Wednesday, 9 January 2013

Greens' deep red heart leaves me politically homeless

This is a picture of Adam Bandt, the Greens' sole parliamentary lower house representative. Bandt represents the seat of Melbourne, which the Greens memorably won in the 2010 federal election. Because of the tenuous hold the Labor Party has on the parliamentary balance of power, Bandt has been playing a key role in Australian politics over the last few years.

Like many progressives, I cheered when Bandt won his seat, and I looked on with interest as the election result necessitated a bit of horse-trading between the successful candidates, resulting in a new model of Parliament. I watched approvingly as a key Greens policy - a carbon tax - was ushered in amid claims of duplicity aimed at the prime minister. Clearly, a new type of consensus was required, and Australians were taking their time getting used to it. With a single lower-house representative, the Greens were punching above their weight on the national stage. I also watched as the Labor Party changed its official policy on gay marriage - an issue very close to my heart - although the prime minister has ensured that a change to the marriage laws has been impossible.

But everything changed for me when some other elements of Greens policy became plain to me, as I read a statement published by Bandt on a website. While I certainly agree that corporations must be made to contribute more to building equity into Australian society, there are two things in this statement that I violently disagree with. One of these is their desire for "higher taxes for millionaires" as if private savings and private income were of the same nature as corporate profits.

This kind of redistributive animus against the concentration of wealth in private hands is very Old Labor. It's deeply red and appeals to the worst instincts of the majority of Australians, being of the same nature as the kind of rank xenophobia that makes it easy for governments here to work so hard to prevent asylum seekers from arriving on our foreshores. I have no patience with this kind of policy. A guy who has saved, say, five million dollars and who owns three or four investment properties is not "rich". He's not a plutocrat who possesses more money than he'll even be able to spend, like Rupert Murdoch or Gina Rinehart. He's just a prudent and successful man, probably with a wife and family, who has been able to squirrel away a bit of the ready to prepare for his retirement. But this guy would be targeted by a Greens government.

The thing I want to say to Bandt and his colleagues is that you do not make the majority rich by punishing the prudent and successful. What you do is help more people to be like this. I think that all governments would like to see everyone retiring with the capital assets that my man has, so that social security payments can be lower. It is prudent for governments to make changes that can help my man to acquire the relatively small amount of wealth that he has put away. A government that does not help this guy is not going to get my support.

But there's another deeply-red element to Bandt's policy statement. Bandt wants to end "the public funding of ... very wealthy non-government schools" so that more funds can be channelled to public schools, especially those which service areas that contain material disadvantage. Again, I think this is regressive and harkens back to the old days of class warfare, the type of class warfare that Mark Latham brought into play in the runup to the 2004 federal election, which he unsuccessfully contested as leader of the Labor Party. Latham notoriously imploded after that election, and it's precisely this kind of redistributive bent that led to his downfall. But the Greens want to give new life to this old corpse?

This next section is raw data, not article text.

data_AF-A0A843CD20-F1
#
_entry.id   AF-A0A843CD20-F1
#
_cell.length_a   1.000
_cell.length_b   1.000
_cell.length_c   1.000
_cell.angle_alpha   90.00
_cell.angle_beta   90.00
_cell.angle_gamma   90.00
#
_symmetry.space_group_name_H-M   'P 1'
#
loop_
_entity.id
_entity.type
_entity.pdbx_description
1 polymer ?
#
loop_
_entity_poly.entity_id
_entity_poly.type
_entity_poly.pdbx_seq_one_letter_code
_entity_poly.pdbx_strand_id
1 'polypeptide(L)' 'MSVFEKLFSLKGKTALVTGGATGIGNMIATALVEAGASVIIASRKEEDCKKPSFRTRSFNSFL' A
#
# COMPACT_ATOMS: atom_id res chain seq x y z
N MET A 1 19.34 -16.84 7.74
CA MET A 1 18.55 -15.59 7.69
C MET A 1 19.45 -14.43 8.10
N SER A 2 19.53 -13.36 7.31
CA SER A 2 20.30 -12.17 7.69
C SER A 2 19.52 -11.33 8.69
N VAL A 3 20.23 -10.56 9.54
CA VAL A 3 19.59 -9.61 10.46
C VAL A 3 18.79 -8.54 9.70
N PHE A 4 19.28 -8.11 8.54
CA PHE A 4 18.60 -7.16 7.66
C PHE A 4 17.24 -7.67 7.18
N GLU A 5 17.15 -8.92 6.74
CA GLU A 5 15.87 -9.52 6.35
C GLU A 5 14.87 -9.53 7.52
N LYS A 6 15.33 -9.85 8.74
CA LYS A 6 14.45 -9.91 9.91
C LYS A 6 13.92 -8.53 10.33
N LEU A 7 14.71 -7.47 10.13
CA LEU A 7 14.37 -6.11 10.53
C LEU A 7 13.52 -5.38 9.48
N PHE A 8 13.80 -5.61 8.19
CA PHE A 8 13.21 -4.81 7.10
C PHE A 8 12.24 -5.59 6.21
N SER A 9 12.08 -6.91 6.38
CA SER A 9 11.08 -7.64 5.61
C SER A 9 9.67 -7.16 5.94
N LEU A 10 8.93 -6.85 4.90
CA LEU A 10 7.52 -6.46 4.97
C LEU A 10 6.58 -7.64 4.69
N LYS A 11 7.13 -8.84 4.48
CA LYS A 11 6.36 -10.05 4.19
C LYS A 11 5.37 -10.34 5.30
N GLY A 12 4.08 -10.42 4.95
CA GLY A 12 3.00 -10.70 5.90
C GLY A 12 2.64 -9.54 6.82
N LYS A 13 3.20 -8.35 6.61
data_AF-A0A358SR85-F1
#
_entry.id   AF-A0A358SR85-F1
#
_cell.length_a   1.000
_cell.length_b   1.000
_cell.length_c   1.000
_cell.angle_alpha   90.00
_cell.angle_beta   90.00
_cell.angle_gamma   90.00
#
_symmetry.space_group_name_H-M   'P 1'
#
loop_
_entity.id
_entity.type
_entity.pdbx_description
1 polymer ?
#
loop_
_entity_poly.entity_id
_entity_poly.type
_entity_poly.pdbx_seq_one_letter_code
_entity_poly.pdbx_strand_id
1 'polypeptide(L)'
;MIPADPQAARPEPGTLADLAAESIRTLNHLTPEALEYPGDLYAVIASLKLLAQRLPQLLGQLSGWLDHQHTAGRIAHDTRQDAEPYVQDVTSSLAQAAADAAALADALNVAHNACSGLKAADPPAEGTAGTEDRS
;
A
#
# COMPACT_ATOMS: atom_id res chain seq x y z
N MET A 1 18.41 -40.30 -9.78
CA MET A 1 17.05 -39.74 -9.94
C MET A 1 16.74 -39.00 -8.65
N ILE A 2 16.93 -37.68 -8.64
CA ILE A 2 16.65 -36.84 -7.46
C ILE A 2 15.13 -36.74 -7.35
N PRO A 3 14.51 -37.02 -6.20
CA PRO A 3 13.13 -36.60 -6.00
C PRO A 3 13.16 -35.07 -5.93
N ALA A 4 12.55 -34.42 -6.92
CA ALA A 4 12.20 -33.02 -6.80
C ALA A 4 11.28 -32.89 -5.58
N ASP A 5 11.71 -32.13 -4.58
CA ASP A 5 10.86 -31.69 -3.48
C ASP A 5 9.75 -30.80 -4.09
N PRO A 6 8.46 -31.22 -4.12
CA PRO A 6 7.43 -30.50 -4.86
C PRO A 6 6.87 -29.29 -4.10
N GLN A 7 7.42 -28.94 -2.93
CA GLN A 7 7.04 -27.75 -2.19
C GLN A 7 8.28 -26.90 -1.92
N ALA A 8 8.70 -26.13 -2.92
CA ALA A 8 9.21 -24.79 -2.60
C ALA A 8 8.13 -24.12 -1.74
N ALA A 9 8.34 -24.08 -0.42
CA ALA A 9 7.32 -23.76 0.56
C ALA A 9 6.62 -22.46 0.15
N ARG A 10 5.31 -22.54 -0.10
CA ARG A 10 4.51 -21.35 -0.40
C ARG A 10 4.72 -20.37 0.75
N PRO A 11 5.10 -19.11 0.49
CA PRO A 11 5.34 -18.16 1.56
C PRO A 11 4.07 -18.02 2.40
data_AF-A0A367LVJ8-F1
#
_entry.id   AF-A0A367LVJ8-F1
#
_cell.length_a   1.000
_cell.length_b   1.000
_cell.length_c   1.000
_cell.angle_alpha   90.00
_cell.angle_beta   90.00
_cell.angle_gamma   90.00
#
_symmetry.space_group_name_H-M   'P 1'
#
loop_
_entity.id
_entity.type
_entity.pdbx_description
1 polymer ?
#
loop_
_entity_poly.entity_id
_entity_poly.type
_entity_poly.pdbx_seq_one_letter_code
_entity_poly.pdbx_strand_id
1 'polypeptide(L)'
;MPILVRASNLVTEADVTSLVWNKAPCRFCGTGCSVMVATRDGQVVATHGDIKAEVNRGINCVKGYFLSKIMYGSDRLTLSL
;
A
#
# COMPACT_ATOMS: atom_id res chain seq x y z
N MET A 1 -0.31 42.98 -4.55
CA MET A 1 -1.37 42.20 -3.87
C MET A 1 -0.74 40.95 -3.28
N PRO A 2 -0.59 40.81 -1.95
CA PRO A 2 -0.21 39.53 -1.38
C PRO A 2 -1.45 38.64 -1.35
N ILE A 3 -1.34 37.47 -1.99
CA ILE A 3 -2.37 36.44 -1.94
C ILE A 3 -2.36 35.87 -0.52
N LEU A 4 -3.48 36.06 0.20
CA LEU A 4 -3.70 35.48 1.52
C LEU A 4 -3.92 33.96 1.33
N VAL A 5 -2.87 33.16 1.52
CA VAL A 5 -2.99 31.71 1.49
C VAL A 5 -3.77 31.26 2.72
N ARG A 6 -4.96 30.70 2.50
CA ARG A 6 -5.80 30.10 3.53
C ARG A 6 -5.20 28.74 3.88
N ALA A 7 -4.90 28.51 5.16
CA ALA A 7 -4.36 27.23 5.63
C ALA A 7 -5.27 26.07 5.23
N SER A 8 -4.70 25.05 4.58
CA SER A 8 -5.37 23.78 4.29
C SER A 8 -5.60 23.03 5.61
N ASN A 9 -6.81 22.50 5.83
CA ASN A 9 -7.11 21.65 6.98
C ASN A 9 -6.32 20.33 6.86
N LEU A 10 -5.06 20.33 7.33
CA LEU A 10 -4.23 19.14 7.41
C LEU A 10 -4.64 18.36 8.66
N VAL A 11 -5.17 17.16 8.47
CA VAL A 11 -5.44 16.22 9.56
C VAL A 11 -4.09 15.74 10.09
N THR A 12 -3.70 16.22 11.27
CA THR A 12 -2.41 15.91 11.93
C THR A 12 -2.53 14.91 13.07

I think all schools should receive more funding, but the way to do that is not by punishing the elite institutions that have served our country so well for so many generations. You don't pull up the majority by pulling down the elite. It's the same old school thinking that turns me off Bandt's "millionaire's tax": an outdated mindset that harkens back to the bad old days when social mobility was minimal. Today's suburbs are populated by aspirational voters who all want those investment properties and who all want their kids in private schools. Bandt, and the Greens, are way out of line with the true wishes of the majority of right-thinking Australians on this one.

I will never abandon the progressive ideas that make me who I am. I will always push for human rights, the rights of the individual, and for greater tolerance in society. I will do so because to do otherwise would be to betray myself. But I cannot ignore the regressive, old-school economic policies the Greens are promoting, and I cannot stomach the popular animus they are designed to appeal to. We all need to be better educated, financially better prepared for retirement, and more open to new ideas and new arrivals. My type of Australia does not rely on the negative process of class warfare to achieve its goals, but generously includes all of the people in its broad embrace.

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